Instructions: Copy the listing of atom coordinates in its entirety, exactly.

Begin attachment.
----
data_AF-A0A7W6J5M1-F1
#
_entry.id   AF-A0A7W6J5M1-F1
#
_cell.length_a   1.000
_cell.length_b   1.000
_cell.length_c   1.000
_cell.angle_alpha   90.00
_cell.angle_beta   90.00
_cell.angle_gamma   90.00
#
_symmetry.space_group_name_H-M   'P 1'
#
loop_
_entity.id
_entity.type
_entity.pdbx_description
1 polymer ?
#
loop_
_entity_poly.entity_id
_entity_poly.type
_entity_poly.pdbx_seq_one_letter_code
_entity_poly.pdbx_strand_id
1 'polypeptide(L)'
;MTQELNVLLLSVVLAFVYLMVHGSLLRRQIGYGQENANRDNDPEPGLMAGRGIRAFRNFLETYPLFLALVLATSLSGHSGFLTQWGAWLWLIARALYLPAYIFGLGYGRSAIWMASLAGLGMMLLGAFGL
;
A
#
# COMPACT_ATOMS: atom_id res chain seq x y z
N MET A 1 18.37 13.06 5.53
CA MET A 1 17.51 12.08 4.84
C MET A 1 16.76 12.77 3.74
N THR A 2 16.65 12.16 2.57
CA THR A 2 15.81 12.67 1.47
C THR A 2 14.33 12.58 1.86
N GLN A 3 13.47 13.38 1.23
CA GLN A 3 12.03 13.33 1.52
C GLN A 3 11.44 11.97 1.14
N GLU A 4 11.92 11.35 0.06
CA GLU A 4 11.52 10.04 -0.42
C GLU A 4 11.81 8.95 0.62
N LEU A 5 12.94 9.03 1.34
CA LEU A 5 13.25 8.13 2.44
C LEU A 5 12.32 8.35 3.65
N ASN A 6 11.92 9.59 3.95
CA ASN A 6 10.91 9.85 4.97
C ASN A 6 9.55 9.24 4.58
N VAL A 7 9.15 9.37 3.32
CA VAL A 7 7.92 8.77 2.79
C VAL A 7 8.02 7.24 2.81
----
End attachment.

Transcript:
data_AF-A0A7W6J5M1-F1
#
_entry.id   AF-A0A7W6J5M1-F1
#
_cell.length_a   1.000
_cell.length_b   1.000
_cell.length_c   1.000
_cell.angle_alpha   90.00
_cell.angle_beta   90.00
_cell.angle_gamma   90.00
#
_symmetry.space_group_name_H-M   'P 1'
#
loop_
_entity.id
_entity.type
_entity.pdbx_description
1 polymer ?
#
loop_
_entity_poly.entity_id
_entity_poly.type
_entity_poly.pdbx_seq_one_letter_code
_entity_poly.pdbx_strand_id
1 'polypeptide(L)'
;MTQELNVLLLSVVLAFVYLMVHGSLLRRQIGYGQENANRDNDPEPGLMAGRGIRAFRNFLETYPLFLALVLATSLSGHSGFLTQWGAWLWLIARALYLPAYIFGLGYGRSAIWMASLAGLGMMLLGAFGL
;
A
#
# COMPACT_ATOMS: atom_id res chain seq x y z
N MET A 1 18.37 13.06 5.53
CA MET A 1 17.51 12.08 4.84
C MET A 1 16.76 12.77 3.74
N THR A 2 16.65 12.16 2.57
CA THR A 2 15.81 12.67 1.47
C THR A 2 14.33 12.58 1.86
N GLN A 3 13.47 13.38 1.23
CA GLN A 3 12.03 13.33 1.52
C GLN A 3 11.44 11.97 1.14
N GLU A 4 11.92 11.35 0.06
CA GLU A 4 11.52 10.04 -0.42
C GLU A 4 11.81 8.95 0.62
N LEU A 5 12.94 9.03 1.34
CA LEU A 5 13.25 8.13 2.44
C LEU A 5 12.32 8.35 3.65
N ASN A 6 11.92 9.59 3.95
CA ASN A 6 10.91 9.85 4.97
C ASN A 6 9.55 9.24 4.58
N VAL A 7 9.15 9.37 3.32
CA VAL A 7 7.92 8.77 2.79
C VAL A 7 8.02 7.24 2.81